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Hollyhock House re-creates ‘Three Dancing Nymphs’

HOLLYWOOD — On the brink of Frank Lloyd Wright’s 150th birthday, cutting-edge technology brings the historic first-century Roman marble relief along with two Wright-designed tables back to Hollyhock House.

U.S. Rep. Adam Schiff, D-Burbank, City Councilman Mitch O’Farrell, the city of Los Angeles Department of Cultural Affairs and the Barnsdall Art Park Foundation held an official unveiling Nov. 9, for the re-creation of the spectacular “Three Dancing Nymphs.”

Hollyhock House owner, oil heiress and arts patron Aline Barnsdall purchased the first-century Roman relief in 1921 from a noted Islamic art collector and dealer in Paris. The piece, along with the custom tables, was installed in the loggia of her newly completed home and will now resume their exact place in Hollyhock’s loggia.

In a 1930s Los Angeles Times article, Barnsdall gushed about her acquisition, stating: “It is the thing I most love, except for my relatives. … And I recover immediately when I look at those three maidens. They sooth me with their rhythm, that balance of movement, so charming.”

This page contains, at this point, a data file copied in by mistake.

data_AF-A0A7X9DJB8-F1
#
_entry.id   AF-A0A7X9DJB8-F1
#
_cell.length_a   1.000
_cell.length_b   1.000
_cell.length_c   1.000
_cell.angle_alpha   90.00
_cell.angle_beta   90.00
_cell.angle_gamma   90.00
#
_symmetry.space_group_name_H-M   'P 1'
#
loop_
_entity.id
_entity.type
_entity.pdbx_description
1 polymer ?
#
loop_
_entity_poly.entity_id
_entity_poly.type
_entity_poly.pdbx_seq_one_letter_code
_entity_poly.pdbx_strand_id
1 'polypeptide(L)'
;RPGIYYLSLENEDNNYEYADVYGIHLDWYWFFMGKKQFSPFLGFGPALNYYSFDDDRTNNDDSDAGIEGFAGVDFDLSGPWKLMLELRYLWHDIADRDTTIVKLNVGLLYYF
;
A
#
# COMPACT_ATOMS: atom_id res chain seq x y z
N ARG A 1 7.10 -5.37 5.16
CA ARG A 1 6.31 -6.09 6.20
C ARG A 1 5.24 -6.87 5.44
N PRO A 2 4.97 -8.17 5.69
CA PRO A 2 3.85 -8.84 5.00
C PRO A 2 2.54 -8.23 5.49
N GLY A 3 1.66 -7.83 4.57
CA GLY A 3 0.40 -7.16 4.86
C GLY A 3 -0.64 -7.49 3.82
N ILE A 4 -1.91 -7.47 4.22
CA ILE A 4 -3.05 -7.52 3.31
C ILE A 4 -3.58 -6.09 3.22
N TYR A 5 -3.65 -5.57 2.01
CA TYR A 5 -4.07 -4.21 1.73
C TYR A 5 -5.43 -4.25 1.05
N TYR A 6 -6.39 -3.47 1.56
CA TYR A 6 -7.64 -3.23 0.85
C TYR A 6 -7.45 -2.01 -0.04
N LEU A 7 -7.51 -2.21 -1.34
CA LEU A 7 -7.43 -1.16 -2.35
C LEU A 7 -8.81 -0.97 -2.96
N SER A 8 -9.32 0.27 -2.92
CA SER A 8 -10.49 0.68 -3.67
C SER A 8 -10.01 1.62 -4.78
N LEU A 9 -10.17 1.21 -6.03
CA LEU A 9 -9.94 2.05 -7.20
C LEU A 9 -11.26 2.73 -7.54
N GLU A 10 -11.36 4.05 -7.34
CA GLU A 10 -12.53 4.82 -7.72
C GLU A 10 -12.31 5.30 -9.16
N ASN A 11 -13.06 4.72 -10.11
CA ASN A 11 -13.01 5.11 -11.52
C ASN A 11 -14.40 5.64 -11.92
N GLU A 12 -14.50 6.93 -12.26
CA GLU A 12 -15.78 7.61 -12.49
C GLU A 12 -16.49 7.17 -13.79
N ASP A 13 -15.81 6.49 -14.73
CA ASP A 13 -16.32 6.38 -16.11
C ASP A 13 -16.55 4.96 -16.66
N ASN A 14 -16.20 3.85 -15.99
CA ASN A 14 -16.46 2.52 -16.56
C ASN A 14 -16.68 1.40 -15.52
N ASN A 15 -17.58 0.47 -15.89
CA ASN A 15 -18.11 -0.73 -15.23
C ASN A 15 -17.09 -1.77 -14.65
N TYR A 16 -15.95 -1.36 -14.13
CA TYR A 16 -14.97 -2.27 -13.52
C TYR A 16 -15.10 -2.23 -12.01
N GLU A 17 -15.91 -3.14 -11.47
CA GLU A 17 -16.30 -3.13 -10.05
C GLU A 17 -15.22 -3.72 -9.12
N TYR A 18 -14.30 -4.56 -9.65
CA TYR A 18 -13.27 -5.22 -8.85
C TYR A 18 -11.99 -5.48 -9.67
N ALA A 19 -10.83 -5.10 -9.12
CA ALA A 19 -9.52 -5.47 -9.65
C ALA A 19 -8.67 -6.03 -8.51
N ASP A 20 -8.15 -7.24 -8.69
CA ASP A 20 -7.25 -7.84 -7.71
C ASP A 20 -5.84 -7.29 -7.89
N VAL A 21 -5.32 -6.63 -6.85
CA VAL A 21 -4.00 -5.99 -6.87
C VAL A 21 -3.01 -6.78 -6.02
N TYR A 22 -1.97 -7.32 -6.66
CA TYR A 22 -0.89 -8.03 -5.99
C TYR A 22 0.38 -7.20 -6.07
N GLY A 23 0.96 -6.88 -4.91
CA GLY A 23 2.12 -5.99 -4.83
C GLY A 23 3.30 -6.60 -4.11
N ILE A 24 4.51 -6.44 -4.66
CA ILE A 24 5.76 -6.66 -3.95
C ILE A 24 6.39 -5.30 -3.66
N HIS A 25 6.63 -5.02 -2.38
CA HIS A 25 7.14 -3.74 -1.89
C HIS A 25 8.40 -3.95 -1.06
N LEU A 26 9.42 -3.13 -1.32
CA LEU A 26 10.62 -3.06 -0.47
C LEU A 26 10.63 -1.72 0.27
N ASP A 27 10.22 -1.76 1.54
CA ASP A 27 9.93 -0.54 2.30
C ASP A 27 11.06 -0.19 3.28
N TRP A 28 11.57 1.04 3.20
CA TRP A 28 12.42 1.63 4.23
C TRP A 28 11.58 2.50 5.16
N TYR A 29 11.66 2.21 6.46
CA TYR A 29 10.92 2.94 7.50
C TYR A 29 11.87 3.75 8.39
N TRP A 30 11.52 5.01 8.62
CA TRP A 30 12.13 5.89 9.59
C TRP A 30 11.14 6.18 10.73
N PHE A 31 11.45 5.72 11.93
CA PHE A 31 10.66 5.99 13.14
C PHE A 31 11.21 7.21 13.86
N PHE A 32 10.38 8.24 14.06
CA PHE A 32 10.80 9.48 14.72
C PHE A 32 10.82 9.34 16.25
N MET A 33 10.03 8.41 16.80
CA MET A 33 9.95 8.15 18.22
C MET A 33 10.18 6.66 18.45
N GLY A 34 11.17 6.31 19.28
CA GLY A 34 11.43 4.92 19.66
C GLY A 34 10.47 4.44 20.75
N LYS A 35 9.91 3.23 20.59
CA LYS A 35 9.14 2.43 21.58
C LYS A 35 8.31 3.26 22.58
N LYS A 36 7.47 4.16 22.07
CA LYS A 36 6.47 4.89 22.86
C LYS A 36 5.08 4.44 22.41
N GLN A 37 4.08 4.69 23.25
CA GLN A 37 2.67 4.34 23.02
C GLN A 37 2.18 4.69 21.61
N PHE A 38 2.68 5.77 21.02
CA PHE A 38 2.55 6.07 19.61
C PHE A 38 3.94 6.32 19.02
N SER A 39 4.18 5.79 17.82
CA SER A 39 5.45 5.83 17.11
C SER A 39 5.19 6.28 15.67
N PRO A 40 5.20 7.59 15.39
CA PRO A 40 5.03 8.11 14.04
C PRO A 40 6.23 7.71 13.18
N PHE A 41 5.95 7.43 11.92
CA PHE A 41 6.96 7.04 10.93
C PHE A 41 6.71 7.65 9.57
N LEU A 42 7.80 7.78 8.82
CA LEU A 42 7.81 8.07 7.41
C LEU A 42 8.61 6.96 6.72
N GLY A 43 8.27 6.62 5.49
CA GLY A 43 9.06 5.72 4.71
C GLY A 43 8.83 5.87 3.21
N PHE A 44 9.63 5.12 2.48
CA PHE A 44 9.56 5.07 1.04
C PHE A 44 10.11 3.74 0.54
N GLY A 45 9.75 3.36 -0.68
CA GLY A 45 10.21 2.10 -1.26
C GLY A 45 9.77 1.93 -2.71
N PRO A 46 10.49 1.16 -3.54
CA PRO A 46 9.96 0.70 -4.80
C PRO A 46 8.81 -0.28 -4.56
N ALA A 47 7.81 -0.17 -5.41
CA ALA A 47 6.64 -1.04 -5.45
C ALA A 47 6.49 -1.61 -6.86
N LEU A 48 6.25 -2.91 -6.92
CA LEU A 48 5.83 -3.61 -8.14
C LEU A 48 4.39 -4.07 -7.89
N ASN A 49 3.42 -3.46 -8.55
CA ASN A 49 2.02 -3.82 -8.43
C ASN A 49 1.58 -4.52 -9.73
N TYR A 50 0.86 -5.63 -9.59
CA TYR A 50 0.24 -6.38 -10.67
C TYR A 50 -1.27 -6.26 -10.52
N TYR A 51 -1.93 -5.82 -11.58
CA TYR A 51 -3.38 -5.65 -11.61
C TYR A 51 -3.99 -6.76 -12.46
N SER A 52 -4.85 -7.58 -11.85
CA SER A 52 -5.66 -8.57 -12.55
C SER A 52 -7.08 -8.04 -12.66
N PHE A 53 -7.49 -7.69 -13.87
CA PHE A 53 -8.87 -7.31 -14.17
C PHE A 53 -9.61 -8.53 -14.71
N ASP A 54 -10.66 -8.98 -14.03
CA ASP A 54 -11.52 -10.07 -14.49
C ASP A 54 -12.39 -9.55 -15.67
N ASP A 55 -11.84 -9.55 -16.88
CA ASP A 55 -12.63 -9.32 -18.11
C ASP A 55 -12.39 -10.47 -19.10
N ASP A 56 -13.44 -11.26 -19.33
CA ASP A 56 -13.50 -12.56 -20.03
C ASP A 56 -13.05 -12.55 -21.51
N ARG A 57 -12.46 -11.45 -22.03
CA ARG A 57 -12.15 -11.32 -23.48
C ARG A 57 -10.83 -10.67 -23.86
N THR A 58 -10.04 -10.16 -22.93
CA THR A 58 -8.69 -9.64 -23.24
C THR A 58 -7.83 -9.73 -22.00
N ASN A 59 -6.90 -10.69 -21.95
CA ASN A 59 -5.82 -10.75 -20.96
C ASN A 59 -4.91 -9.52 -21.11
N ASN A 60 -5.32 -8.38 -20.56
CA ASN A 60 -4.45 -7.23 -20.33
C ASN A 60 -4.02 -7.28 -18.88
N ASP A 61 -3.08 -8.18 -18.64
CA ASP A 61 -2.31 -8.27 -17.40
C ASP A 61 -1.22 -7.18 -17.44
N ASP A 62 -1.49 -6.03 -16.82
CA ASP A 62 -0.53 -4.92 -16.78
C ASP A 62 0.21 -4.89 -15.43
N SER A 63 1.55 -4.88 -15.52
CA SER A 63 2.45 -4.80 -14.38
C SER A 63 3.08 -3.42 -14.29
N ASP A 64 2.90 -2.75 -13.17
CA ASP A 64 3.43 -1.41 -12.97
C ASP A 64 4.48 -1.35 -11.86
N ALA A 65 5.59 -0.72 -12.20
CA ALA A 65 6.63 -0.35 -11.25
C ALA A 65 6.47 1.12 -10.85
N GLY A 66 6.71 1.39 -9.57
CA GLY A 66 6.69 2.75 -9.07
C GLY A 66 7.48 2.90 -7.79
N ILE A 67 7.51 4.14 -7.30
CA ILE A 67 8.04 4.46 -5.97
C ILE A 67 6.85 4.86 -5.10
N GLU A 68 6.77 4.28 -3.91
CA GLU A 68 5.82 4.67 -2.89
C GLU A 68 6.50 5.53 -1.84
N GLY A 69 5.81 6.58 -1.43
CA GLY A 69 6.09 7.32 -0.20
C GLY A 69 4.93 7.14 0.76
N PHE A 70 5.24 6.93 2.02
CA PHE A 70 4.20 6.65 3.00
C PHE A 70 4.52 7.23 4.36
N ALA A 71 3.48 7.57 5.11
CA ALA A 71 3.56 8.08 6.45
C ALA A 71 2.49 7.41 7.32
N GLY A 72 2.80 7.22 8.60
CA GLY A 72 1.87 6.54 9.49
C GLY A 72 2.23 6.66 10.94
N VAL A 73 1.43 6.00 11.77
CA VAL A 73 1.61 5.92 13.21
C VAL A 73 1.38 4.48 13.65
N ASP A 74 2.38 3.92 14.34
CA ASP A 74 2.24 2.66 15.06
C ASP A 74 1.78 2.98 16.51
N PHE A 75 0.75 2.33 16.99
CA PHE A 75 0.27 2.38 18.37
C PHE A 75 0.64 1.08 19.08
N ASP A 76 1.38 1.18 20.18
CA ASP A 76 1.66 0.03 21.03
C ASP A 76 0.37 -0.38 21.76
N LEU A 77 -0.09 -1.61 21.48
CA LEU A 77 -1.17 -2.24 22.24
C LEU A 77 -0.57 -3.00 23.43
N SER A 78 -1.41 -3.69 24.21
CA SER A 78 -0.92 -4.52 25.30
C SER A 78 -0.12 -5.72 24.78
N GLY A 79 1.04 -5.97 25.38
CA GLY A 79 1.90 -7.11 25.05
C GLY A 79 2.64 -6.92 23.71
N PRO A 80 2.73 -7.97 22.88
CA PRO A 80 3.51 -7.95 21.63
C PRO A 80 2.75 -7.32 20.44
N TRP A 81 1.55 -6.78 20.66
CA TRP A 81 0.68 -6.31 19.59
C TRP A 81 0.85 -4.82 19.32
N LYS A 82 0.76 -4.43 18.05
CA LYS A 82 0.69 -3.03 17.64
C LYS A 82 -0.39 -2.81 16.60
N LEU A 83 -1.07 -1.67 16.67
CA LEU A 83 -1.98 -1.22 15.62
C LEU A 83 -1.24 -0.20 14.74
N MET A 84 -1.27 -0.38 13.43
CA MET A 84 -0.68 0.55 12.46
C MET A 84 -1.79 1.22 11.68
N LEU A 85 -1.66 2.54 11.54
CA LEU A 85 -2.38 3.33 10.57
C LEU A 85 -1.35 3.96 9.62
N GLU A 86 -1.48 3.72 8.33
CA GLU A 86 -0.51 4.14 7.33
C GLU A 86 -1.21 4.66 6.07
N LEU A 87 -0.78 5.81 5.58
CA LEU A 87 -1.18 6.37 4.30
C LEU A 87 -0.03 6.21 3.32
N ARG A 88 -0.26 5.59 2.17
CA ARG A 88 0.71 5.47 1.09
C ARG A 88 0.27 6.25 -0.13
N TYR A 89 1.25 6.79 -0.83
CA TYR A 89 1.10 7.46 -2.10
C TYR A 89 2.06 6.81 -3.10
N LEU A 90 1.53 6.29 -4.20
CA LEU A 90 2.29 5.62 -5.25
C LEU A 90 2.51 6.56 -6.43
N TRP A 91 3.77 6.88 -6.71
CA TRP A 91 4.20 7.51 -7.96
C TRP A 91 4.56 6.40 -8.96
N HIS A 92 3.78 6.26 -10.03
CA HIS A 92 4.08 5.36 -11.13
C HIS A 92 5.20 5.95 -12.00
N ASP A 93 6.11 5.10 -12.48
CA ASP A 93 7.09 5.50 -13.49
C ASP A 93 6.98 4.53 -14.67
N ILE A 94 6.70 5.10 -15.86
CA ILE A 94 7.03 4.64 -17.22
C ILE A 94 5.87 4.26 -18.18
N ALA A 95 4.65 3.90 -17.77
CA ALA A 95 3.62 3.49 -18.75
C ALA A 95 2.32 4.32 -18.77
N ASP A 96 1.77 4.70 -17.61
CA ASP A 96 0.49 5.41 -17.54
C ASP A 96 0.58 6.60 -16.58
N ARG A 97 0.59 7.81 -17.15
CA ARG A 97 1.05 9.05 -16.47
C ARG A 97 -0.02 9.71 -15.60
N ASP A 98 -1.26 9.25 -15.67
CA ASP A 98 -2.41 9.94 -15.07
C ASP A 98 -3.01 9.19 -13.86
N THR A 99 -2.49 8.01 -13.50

The original relief is now owned by the Santa Barbara Museum of Art and is currently on display at the J. Paul Getty Museum at the Getty Center. Using new technologies, a three-dimensional scan of the replica was made and from that data the copy was milled using computer controls.

The reintroduction of the artwork reflects an integral part of the storied history of Hollyhock House. The return represents one of many steps undertaken by the city and Barnsdall Art Park Foundation in their ongoing effort to restore the house to its original glory.

The house reopened in 2014, following a meticulous multi-year restoration. Upcoming restoration projects include Hollyhock guesthouse, Residence A, as well as the Motor Court.

On the heels of the ribbon-cutting, the sculpture along with two Wright-designed tables are now on public view as part of Hollyhock House’s self-guided “Walk Wright In” tours on Thursdays through Sundays from 11 a.m. to 4 p.m.

 

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